GSA Connects 2021 in Portland, Oregon

Paper No. 103-3
Presentation Time: 2:05 PM


MORALES, Ilexxis, Florida Gulf Coast University, FL and MULLER, Joanne, Dept. of Marine and Earth Sciences, Environmental Geology Program, Florida Gulf Coast University, 10501 FGCU Blvd S, Fort Myers, FL 33965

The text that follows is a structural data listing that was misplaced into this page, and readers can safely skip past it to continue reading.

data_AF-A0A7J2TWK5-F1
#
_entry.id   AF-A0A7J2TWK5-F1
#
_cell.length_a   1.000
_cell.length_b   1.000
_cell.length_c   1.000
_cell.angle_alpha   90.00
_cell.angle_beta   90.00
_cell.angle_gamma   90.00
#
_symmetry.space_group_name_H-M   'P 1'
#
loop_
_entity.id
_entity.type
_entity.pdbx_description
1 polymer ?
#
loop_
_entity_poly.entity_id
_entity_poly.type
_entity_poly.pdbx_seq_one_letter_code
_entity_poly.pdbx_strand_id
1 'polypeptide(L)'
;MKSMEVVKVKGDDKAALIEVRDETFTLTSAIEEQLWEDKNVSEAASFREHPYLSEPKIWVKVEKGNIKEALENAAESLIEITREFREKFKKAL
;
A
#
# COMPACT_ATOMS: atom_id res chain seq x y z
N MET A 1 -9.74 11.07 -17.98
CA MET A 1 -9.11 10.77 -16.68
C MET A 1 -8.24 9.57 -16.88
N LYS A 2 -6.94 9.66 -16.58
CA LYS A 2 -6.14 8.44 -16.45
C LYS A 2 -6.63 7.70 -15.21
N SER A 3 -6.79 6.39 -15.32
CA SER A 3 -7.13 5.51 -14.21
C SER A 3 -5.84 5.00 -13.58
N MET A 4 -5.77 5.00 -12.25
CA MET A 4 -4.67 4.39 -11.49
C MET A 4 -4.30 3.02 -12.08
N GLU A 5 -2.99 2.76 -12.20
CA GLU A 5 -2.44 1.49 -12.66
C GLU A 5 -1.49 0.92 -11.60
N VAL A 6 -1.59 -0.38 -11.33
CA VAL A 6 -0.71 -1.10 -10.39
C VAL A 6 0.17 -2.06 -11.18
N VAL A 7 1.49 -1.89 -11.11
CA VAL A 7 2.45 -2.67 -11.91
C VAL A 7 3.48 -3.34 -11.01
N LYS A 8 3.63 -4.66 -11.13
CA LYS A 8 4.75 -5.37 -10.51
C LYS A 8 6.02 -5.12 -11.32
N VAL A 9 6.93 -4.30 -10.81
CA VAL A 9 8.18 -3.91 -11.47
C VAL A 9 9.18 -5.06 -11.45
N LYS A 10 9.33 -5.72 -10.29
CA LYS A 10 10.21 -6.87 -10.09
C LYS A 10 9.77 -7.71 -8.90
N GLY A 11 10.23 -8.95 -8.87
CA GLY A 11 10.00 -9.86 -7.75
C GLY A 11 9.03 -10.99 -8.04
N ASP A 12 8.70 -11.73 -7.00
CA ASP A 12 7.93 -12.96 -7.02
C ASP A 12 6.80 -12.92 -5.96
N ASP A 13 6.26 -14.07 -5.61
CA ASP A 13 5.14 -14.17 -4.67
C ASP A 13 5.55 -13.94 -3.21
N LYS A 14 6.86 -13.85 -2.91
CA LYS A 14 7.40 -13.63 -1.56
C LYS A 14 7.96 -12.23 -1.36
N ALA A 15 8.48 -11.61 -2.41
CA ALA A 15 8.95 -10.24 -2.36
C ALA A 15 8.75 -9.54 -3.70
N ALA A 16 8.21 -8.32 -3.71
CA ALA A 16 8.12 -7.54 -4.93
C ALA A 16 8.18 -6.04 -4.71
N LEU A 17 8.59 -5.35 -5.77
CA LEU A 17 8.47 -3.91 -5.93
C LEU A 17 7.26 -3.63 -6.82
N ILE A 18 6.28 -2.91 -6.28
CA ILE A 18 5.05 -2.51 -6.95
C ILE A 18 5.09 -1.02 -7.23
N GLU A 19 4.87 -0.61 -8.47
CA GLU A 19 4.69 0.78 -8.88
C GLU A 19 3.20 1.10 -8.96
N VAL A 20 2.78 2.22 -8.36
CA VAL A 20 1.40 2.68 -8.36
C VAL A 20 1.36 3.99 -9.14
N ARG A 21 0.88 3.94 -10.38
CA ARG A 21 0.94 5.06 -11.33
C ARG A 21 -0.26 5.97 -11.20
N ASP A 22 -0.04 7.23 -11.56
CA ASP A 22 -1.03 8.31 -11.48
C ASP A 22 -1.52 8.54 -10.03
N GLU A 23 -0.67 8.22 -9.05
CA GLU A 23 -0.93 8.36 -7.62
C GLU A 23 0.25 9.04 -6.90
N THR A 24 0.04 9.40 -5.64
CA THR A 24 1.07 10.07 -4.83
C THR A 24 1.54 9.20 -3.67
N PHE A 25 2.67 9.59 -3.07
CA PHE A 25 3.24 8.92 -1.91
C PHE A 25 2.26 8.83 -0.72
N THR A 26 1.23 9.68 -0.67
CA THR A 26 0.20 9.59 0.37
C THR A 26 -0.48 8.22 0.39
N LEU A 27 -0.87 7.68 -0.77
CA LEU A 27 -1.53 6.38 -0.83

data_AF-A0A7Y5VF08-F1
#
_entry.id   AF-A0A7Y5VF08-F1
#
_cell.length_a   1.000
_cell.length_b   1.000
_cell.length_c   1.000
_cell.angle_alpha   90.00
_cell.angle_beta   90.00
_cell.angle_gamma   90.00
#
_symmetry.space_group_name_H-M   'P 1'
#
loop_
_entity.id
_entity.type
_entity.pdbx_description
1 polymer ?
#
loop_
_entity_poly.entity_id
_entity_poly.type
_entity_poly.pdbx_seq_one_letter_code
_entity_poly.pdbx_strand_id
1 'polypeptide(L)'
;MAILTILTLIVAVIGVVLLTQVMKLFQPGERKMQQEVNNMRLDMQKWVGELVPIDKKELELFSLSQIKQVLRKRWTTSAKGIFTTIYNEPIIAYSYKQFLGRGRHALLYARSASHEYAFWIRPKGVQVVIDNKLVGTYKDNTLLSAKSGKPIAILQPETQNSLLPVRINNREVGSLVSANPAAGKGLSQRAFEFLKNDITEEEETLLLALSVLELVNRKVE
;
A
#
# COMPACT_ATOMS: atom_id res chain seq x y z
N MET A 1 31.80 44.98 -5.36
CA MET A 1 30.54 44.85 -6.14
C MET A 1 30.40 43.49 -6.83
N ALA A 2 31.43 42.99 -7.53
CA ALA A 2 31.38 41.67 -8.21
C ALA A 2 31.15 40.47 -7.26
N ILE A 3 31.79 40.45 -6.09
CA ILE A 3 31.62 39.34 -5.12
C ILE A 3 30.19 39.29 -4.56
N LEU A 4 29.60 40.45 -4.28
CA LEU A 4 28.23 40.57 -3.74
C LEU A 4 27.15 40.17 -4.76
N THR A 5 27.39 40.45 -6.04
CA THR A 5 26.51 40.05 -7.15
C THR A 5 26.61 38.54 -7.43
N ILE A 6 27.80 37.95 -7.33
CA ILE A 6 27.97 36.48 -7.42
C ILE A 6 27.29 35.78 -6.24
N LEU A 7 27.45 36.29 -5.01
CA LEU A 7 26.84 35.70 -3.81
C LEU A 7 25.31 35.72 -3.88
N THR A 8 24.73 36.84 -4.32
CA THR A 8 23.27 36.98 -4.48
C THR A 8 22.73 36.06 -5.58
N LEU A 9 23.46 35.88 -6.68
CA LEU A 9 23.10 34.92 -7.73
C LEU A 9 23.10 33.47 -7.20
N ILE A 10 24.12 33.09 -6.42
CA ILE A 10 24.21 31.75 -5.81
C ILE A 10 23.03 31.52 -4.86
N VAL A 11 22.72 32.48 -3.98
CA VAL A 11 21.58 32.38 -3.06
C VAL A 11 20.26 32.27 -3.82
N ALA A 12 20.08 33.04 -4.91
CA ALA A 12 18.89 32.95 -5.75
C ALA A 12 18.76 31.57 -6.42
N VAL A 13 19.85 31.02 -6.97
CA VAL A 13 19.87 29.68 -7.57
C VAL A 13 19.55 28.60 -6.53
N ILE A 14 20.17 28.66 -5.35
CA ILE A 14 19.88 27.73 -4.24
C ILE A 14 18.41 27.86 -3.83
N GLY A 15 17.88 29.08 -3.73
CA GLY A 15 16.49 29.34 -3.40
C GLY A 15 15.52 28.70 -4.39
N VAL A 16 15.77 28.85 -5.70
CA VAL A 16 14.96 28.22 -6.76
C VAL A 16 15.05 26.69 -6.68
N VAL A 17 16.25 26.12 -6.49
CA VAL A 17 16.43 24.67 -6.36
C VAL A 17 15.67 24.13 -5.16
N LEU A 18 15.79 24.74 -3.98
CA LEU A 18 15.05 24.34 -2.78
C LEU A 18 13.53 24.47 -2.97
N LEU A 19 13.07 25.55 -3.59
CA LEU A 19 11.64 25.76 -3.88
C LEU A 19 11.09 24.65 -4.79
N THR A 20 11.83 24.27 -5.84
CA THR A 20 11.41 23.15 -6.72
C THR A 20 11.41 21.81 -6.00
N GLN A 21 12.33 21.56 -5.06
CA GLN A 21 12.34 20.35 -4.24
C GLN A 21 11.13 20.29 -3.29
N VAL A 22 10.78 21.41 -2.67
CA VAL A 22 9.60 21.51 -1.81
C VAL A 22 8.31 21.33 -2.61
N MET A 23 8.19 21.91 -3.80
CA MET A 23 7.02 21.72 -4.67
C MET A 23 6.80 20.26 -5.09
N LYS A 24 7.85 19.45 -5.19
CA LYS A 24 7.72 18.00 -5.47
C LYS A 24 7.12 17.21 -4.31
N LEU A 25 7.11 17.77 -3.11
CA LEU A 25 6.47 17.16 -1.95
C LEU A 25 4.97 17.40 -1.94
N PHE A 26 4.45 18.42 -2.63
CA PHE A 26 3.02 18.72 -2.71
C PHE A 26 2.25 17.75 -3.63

A crucial tool in predicting future hurricane impacts is the National Hurricane Center’s storm database HURDAT, currently dating back to 1851. Instrumental records show fewer major hurricanes (category 3-5) making landfall on the east coast of Florida compared to the west coast. To further extend the record and better understand this discrepancy between Florida’s east and west coast tropical cyclone return periods, sediment cores were taken in select back-barrier lagoons along the Florida east coast to determine the frequency of hurricane landfalls through geologic time and were compared with existing paleotempestologic records from Florida’s Gulf coast. Sediment coring in areas of low energy behind a narrow barrier can provide information on frequency and intensity of storms dating well back into the Holocene. Preliminary data indicate that fewer intense storms have impacted the east coast of Florida than the west coast of Florida. These differing return periods are likely due to large scale climate features, such as the position of the semi-permanent Bermuda High in the western Atlantic, El Nino Southern Oscillation, and sea surface temperatures . The shift in the Bermuda High has a significant impact on the direction of Atlantic basin hurricanes. With a more southerly positioned high, we can expect more frequent storms in the Gulf of Mexico, and a northerly positioned high we tend to see more hurricanes like 2012 Hurricane Sandy. Sea surface temperatures have likely had a significant effect on hurricane intensity and frequency over time. Studies have shown heavy tropical storm activity between 1,400-1,700 Years BP correlating with the Medieval Warm Period, our data also shows these similar patterns. With increasing sea surface temperatures due to anthropogenic climate change, a deeper understanding of hurricanes’ landfall, intensity and how it is impacted by climate is necessary for a greater understanding of future storm activity. As coastal populations increase, it is essential to be prepared for more destructive and severe tropical systems to come.